RTI Roundtable

Welcome to the NASET RTI Roundtable, NASET’s e-publication on the latest information on Response to Intervention (RTI).  RTI is a newly-identified process described in the federal special education law (IDEA 2004) for identifying students with learning disabilities.The RTI process is a multi-tiered approach to providing services and interventions to struggling learners at increasing levels of intensity. RTI can be used for making decisions about general, compensatory, and special education, creating a well-integrated and seamless system of instruction and intervention guided by child outcome data. The NASET RTI Roundtable is a monthly education resource that provides members with the latest information on RTI in Question and Answer format.

RTI Roundtable Q & A

Issue #1 Questions:

  • What is Responsiveness to Intervention (RTI)?
  • What is the Purpose of RTI?
  • Why is RTI Important?
  • What Are Other Benefits of RTI?
  • Is RTI a “New Approach”?
  • What are the Core Principles of RTI?


 

Issue #2 Questions:

  • Why Was There A Movement Towards Change Towards RTI?
  • What is a Tiered Service Delivery Model?
  • What is the Three-Tier model?
  • What is the Focus of Tier 1?
  • What is the Focus of Tier II?
  • What is the Focus of Tier III?
  • Is RTI Just Applicable to Special Education?
  • What are Some Conditions and Activities of RTI?
  • Is There Federal Funding to Support RTI Related Activities?
  • Does RTI Address Challenging Behavior?
  • Does a School District’s “Child Find” Obligations Change within RTI Systems?
  • Is Parent Involvement and Important Component for Successful RTI Programs?
  • Can RTI Promote Optimal Learning?
  • What is Fidelity?
  • Does Implementation of RTI Methods Require a Serious Commitment?
  • What Does the RTI Process Mean for Teachers?
  • What Do Teachers Need in Terms of Professional Development and RTI?

Issue #3 Questions:

  • How Does IDEA 2004 Define a Specific Learning Disability?
  • How Have Children Been Identified Under the Category of Specific Learning Disabilities?
  • What Events Led to Changes in LD Identification in IDEA 2004?
  • Why Replace the Discrepancy Model with RTI?
  • What are Major Issues Related to the Use of the Concept of Achievement-Ability Discrepancy? Why Change?
  • Why was RTI Considered in the Process of SLD Determination?
  • Today, What Role Should RTI Play in the Identification of Children with a Specific Learning Disability?
  • Can RTI Be Used as the Sole Determinant for SLD Classification?
  • Are There Other Indicators of LD That are More Valid and Reliable?
  • If Authorities Believe Underlying Processing Disorders are the Cause of Learning Disabilities, Why Doesn’t IDEA 2004 Include a Model Based on Measuring Processing Problems?
  • In the Big Picture, How Does RTI Fit Into the Determination of LD Process?


Issue # 4 Questions: 

  • What Basic Decisions Should a School or District Make Before Implementing RTI?
  • How Do You Measure Academic Growth?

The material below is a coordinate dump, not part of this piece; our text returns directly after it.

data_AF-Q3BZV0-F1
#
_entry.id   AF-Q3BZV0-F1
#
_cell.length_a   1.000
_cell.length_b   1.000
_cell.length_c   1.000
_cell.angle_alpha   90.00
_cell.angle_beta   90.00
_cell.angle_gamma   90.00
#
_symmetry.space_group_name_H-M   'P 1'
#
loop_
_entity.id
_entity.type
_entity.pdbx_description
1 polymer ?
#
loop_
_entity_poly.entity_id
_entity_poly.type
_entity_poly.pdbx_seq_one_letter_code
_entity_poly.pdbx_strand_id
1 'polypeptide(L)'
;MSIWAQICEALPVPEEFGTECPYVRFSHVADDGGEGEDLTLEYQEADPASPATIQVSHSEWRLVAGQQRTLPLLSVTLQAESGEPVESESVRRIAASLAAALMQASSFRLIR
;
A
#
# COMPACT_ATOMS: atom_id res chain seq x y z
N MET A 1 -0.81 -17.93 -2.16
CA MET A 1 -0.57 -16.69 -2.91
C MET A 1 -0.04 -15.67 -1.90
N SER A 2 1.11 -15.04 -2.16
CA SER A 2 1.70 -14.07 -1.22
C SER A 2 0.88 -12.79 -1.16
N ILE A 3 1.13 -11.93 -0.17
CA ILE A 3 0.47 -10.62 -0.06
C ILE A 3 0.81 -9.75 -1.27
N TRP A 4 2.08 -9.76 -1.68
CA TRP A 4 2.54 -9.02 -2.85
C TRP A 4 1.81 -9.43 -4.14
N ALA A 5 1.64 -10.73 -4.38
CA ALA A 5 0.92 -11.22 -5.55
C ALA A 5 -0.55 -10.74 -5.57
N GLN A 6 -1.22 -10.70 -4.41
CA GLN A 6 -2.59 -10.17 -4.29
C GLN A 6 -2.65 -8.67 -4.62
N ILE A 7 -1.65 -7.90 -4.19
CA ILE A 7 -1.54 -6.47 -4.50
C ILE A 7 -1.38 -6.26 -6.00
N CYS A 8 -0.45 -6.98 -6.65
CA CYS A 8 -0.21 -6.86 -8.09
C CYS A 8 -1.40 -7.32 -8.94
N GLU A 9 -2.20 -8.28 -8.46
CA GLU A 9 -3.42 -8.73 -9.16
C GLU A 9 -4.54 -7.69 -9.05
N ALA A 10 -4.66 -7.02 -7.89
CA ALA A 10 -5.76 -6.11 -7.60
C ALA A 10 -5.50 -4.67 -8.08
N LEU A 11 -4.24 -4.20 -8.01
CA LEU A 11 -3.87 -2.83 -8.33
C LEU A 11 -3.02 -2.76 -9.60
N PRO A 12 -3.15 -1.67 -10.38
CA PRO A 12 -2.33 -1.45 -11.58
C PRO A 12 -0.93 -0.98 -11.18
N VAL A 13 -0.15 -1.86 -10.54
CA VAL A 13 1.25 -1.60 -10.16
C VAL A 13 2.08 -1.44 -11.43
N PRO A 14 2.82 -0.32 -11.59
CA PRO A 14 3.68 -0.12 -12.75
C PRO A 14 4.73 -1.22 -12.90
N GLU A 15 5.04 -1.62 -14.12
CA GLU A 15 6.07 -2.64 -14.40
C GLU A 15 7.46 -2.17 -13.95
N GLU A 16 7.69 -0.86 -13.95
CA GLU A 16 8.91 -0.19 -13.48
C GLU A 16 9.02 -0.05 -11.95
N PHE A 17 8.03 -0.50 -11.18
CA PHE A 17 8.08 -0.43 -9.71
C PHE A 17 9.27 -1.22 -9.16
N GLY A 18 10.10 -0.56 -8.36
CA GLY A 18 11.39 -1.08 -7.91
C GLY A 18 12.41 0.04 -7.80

• How Do You Use Validated Interventions?
  • How Do You Distinguish Between Types of Learning and Performance Problems?
  • How Do You Determine the Effects of Instruction and Make Decisions about Cutoff Criteria?
  • What is Problem Solving or Hypothesis Testing?
  • What are Pre Referral Approaches?
  • What is Tiered Intervention?


Issue # 5 Questions: 

  • What is Screening?
  • What Considerations Are Part of the Selection of Appropriate Screening Measures?
    • Accuracy
    • Cut Score
    • Criterion versus Norm Referenced Measures
    • Efficiency
  • How is School-Wide Screening Done Within an RTI Model?
    • How to target students for preventative intervention


Issue # 6 Questions: 

  • What is Progress Monitoring?
  • How Can Progress Monitoring Be Useful in an RTI Context?
  • What Role Does Progress Monitoring Play in SLD?
  • How is Progress Monitoring Accomplished in Tier 1?
  • How is Progress Monitoring Accomplished in Tier 2 and Tier 3?
  • How is Progress Monitoring Accomplished in Special Education?
  • Will the Implementation of a Progress Monitoring System within an RTI Model Require Shifts in School Structures?


Issue # 7 Questions: 

  • What is a Multitiered Service Delivery Model?
  • What is Tier I-Core Instruction?
  • What Percentage of the Student Body Must Tier I Serve?
  • What are the Core Features of a Tier 1 Intervention?
  • How Does Tier 1 Fit Within an RTI Model?
  • What is Universal Screening and/or Benchmarking?
  • How is Progress Monitoring Done in Tier I?
  • What if Students Do NOT reach a Proficiency Level at Tier I?
  • How Will Tier 1 Interventions Affect Staff and School Structures?
  • What is an Intervention?
  • What is a Tier 2 Intervention?
  • When Does Tier 2 Intervention Start?
  • What Percentage of Students Need Tier II Interventions?
  • Are Strategic Interventions in Tier II Short or Long-Term?
  • What are the Core Features of a Tier 2 (and beyond) Intervention?
  • How Long Should Tier 2 Interventions Be?
  • What is a Problem-Solving Approach (Individually Designed
  • Instructional Package)?
  • What is a Standard-Protocol Approach?
  • How is Progress Monitoring Done in Tier II?
  • What if Students are Successful at Tier II?  What if They are Unsuccessful?
  • How Does Tier 2 (and Beyond) Fit Within an RTI Model?
  • Will Tier 2 (and Beyond) Interventions Affect Staff Roles, Responsibilities and School Structures?